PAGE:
Healthy Manhattan: Know Your Sleep Positions

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When I am alone, I can sleep crossway in a bed without an argument. —Zsa Zsa Gabor

Do you know what position you regularly take up in bed when you drop off to sleep? According to veteran sleep researcher Dr. Samuel Dunkell the position you choose in bed each night echoes the way you deal with your daytime waking hours. Invariably, you often sleep as you live. These chronic sleep positions can affect your sleep—positively and negatively.

A highly private matter, choice of sleep position, the theory goes, gives insight not only into sleep patterns, sleep history and sleep difficulties but also personality traits and those of your sleep partner’s. And yes, it can even delve into hidden subconscious secrets buried in your relationship. Tonight, when you climb into bed, pay attention and observe what position you spontaneously assume to feel most comfortable at just the moment when you decide to fall asleep. (Make sure it’s not when you first get into bed, but just at the moment you’re ready to fall asleep. People often shift position at this juncture.) This is termed your “preferred sleep position.”

What is your preferred sleep position, and has it changed over the years? Has it had an effect on your sleep efficiency, or is it causing discomfort or pain? Much like a penned signature, your sleep position is your private sleep scrawl and there’s no real reason to alter it, as it reflects not creates your personality traits.

But if your sleep position affects your physical self—in other words, if you sleep on your stomach and wake up with a chronic sore neck—it’s likely time to learn to alter your preferred sleep position.

Here are four basic individual sleep positions:

1. In the prone position, sleeper lies face down on the stomach with arms extended and bent, usually framed above the head. People who regularly sleep in the prone position—and both I and Madonna are in this category, interestingly enough—tend to have strong compulsive tendencies and stubbornness in their personalities and are persistent and goal-oriented.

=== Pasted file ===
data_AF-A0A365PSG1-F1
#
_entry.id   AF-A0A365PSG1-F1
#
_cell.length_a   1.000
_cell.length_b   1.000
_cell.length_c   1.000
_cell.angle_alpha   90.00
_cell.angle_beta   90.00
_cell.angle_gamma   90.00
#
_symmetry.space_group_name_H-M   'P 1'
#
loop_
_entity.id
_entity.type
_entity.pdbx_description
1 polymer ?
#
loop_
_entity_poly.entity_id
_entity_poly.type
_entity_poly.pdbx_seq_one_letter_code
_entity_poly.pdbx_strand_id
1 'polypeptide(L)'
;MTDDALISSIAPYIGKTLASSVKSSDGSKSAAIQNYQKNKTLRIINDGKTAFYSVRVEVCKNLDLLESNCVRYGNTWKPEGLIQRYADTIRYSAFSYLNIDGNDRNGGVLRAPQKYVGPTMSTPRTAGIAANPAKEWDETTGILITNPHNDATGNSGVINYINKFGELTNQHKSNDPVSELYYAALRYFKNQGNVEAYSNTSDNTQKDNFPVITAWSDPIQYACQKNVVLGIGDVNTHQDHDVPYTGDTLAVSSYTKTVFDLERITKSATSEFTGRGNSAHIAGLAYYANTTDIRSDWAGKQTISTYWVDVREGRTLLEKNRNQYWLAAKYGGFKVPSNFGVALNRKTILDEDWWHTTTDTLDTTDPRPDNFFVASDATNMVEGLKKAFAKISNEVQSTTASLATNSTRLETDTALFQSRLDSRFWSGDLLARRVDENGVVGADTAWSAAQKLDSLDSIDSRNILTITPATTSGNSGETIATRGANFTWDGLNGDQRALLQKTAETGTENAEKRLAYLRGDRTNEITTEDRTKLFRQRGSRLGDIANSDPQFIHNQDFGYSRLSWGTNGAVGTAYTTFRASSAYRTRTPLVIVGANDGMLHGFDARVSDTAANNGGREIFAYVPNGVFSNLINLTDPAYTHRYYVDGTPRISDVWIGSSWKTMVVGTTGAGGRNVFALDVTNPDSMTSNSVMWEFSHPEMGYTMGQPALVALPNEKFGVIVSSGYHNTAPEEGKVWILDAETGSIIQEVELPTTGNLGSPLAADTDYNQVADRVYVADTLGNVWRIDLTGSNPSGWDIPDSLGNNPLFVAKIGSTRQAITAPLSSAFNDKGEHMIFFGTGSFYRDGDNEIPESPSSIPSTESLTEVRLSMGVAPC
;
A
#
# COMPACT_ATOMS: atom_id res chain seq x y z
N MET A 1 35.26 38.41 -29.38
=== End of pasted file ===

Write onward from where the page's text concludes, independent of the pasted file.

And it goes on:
2. The royal position is the geometric opposite of the prone. The royal sleeper lies supine, fully on the back, with arms slightly akimbo at the sides. It’s an open, vulnerable and expansive position, and these people display self-confidence and self-involvement.

Workaholic businessmen and entrepreneurs often prefer this position. 3. The most common position, the semifetal, has sleepers lying on their sides with knees slightly bent, one arm outstretched above the head, the other resting comfortably on the opposing upper arm to cradle the head. Conciliatory, compromising, non-threatening, nonshakers; sleep experts claim this to be the optimal sleep posture position.

4. The full-fetal is the characteristic womb position. Sleepers lie curled on their sides, with knees pulled all the way up, heads bent forward. Usually a pillow or blanket mass is centered at the stomach. These people are highly emotional, sensitive, artistic and have intense one-on-one relationships. Oddly, it’s found that women who sleep in this position normally have heightened capacity for multiple orgasms.

Couples’ sleep positions are equally telling, with the lovely spoon position most common for partners in the first three to five years together. Here, both partners lie on the same side facing the same direction, one behind the other, a set of spoons curved in the night.

The bridge position has the domineering partner placing a leg over the body of the sleeping partner, using the royal position. The freeze maneuver, each with their back to the other, pulled over to separate sides of the bed, shows anger and distance. The umbilicus position is a sort of separated spoon with one partner reaching over to lay hands on the other for security.

If kids and animals share the bed, the mix gets quite interesting indeed! Relationship experts claim the position isn’t as telling as a change in the position, so be on the look-out for when and how this change occurs.

Of course, none of this is rocket-science, and you can probably just as easily invent your own names: a friend claims he sleeps with his partner in the George Jetson position, with a dog, Astro, stretched out between them. Just know that when you make your final shift to fall into slumber, your personality is rarely hidden.

Janet Kinosian is an award-winning journalist who has written for the Los Angeles Times, The Washington Post and W, among other publications.

If you sleep on your stomach— and wake up with a chronic sore neck—
it’s likely time to learn to alter your preferred sleep position.

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